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Is it possible to tell truth from marketing spin?

Artificial Intelligence (AI) has become an industry buzzword. It’s at the top of the hype cycle right now. As a result, sales and marketing people are using “AI” in sales pitches all the time. You see “AI” everywhere in the ad copy for all kinds of software solutions. If you’ve been to any trade show recently, then you’ve been blasted with “AI” messaging along every aisle of the show floor.

VC’s are smart enough to recognize the difference, but are you?

VC’s have seen the trend coming for at least two years. Last year, at an investor conference that I attended, one of the VC’s on stage said that AI has become so trendy that the running joke between the partners was that they would immediately fund any company who pitched them a solution without mentioning AI in the pitch.

In a typical solution implementation, these “artificial intelligence” companies are actually just doing basic data analysis using classic software programming techniques. Bottom line: making data contextually relevant is not AI. If a software company is not using AI as a core technology, then their solution will never get smarter over time nor will it reach any level of autonomy.

Stop with all the marketing hype

Many software companies today are incorrectly using AI as catchall phrase for anything that has to do with data or workflow or robotics. However, at the center of any “True AI” company there has to be a data product: some data offering which is the output of the autonomous processing of vast amounts of information. Automating workflow or automated processing of data by itself does not constitute artificial intelligence.

Get smart with your vendors

Here are seven things to consider about your software vendor to determine if they are really employing AI in their solution or if they are just jumping on the AI marketing bandwagon.

  • Check their job board. The job market for AI and machine learning engineers is extremely competitive right now. It’s so competitive in fact, that most software vendors who are leveraging AI within their solution need to be on the constant lookout for skilled engineers. Look for engineering job openings with titles like: “machine learning engineer”, “data scientist”, “artificial intelligence”, “data science” and “big data”.
  • Who are their founders? Do the founders have a deep technical understanding of machine learning models and do they understand the need to apply it to large data problems? This isn’t to imply that a large enterprise software vendor who’s embarking on a new generation of AI-based solutions, has to fire their CEO and replace them with an AI-literate individual. However, most AI startups today are the brainchild of deeply AI-literate founders and it will be easy to determine if AI is a core part of their solution stack.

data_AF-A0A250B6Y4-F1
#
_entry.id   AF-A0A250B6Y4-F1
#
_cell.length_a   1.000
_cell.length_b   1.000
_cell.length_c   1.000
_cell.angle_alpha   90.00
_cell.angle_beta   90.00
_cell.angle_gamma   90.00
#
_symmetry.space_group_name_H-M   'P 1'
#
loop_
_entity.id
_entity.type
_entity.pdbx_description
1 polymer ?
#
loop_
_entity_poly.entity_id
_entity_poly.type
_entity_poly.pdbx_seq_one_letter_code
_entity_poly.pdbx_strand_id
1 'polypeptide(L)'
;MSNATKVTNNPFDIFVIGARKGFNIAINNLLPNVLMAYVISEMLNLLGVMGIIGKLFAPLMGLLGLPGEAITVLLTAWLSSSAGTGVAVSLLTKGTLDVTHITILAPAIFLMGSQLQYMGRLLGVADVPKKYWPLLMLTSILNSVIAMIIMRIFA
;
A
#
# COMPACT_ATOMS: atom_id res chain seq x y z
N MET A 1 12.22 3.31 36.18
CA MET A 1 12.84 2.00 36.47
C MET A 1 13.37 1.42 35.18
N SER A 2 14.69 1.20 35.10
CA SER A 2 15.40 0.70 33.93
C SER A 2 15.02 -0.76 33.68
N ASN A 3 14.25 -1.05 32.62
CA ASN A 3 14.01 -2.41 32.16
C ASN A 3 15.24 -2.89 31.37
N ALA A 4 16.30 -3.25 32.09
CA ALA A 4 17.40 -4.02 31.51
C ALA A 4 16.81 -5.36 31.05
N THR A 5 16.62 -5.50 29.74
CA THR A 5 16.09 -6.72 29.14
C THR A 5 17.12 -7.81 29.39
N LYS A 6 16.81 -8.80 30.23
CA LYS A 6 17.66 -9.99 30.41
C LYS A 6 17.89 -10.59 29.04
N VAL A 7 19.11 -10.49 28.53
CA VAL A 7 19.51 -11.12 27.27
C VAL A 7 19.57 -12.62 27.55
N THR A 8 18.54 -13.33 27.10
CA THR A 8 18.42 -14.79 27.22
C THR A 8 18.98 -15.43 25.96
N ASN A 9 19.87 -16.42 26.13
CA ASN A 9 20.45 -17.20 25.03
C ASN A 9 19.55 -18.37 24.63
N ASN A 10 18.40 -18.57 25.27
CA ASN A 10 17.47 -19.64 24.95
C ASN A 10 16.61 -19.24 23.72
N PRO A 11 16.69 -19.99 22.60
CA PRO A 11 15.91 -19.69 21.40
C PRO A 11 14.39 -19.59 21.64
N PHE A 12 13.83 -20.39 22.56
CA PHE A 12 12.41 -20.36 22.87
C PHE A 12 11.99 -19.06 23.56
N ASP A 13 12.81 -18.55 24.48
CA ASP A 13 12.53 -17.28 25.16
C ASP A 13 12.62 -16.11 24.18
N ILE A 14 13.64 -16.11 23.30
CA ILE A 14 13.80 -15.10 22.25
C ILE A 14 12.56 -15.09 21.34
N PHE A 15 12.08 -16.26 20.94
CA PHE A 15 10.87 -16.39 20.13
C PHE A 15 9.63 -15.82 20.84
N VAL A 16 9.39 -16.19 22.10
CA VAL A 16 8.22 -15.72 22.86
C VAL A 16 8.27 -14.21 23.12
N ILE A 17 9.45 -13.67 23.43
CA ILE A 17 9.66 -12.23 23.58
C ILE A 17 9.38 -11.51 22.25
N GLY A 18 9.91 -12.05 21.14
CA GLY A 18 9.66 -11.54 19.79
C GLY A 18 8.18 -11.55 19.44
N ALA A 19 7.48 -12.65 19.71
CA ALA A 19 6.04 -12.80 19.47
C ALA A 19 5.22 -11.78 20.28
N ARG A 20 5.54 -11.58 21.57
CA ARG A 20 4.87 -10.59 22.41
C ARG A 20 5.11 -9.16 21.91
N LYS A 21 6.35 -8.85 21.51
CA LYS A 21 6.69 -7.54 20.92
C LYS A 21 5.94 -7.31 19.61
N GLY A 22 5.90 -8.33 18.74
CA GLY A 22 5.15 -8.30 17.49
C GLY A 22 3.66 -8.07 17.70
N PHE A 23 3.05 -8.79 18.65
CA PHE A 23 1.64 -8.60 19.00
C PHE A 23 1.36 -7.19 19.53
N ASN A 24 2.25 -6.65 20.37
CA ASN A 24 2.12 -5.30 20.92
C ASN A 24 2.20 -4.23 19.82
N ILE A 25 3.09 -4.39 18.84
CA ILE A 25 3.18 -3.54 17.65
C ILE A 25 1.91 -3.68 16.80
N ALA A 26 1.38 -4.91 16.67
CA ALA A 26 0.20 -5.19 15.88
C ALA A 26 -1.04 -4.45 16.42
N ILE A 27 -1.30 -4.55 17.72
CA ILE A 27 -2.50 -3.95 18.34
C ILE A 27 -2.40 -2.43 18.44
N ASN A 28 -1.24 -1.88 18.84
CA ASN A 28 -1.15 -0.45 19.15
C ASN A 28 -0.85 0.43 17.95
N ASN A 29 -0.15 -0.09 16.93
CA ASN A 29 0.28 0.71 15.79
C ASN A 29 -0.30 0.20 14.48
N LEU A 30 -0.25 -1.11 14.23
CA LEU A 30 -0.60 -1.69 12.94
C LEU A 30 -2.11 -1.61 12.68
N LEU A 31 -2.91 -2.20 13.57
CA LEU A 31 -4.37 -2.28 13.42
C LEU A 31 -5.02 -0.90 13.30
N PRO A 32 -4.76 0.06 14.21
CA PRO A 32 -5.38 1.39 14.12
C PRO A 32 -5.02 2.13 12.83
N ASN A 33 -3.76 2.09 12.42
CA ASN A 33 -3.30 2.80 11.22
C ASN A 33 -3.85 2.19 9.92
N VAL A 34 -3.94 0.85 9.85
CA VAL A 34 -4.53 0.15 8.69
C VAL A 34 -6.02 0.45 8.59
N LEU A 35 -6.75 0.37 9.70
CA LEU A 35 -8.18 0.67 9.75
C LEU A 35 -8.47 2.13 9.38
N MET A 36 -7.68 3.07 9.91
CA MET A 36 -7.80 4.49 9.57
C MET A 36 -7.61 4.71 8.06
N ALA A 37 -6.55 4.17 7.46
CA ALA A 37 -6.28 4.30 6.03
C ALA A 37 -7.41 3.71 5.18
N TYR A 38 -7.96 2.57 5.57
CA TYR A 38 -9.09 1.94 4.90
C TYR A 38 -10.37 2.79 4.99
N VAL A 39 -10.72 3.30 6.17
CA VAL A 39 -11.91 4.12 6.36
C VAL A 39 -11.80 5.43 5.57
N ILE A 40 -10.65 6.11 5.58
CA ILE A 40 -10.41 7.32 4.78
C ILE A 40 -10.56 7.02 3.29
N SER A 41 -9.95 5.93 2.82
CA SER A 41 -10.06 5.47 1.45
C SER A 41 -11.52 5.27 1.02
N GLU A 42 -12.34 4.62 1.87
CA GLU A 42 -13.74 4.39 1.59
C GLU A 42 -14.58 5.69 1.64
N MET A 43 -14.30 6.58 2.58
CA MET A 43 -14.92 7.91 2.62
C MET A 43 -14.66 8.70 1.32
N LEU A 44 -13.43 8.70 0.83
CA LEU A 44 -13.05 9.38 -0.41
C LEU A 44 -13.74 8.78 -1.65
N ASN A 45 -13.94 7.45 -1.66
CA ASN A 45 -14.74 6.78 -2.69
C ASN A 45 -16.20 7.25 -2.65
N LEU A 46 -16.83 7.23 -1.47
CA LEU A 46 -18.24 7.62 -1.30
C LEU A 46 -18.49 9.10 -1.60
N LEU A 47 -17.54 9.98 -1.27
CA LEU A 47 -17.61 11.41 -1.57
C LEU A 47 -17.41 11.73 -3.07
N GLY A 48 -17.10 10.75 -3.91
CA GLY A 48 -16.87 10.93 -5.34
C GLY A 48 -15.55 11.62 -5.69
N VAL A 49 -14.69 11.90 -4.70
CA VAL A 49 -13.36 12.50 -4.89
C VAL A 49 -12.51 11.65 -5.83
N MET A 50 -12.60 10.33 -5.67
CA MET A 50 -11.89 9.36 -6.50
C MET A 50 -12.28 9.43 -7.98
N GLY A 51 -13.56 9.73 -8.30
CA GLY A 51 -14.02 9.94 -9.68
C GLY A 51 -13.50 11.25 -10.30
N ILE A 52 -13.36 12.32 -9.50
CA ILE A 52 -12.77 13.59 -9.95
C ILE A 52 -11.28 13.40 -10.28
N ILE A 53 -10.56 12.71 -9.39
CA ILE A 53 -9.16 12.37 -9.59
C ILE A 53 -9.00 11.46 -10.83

• Are they targeting enterprise applications or SMB? This is a generalization, but AI-based solutions may not work adequately for small companies, unless the problem is defined by a larger data set that can be used to train a model. That model can then be used to process the smaller organization’s data set. A good example here is Google or Facebook using the image data of everyone on the platform to be able to identify faces in your single image.
  • Can you use your own data in a demo or pilot? Any AI-based solution should be able to process your data during a demo or a pilot. It will be in your best interest during the demo to provide the largest data set possible as the vendor may need to use some of the data for training; some of the data for testing; and some of the data for demo’ing the output. Note: you should be clear about where any how and proprietary demo is consumed during a demo or pilot.
  • What data sources have they used to train the system? If they say that they don’t need training data, then they likely aren’t using AI or machine learning. If, however, they are able to explain the process by which they’ve trained their model and can point you to the source of their training data, then this is a good sign that they are actually using AI.
  • Can they provide detail on the algorithm used to process the data? Companies who use recurrent neural networks (RNN) to process their models don’t have any trade secrets. The use and implementation of RNN’s is an industry standard and the company should be able to explain how they’ve implemented an RNN into the workflow that you are interested in automating. The secret sauce, however, is in the combination of training data that the company has employed (or will employ) and how skillful they are at deriving a viable and repeatable model with a minimum of bias.
  • Do they have reference customers? If so, then talk to their reference customers about the reality of their AI claims.


The AI hype won’t end anytime soon. The best that you can do for now is to educate yourself and be prepared to ask the tough questions during any vendor evaluation process. Good Luck!

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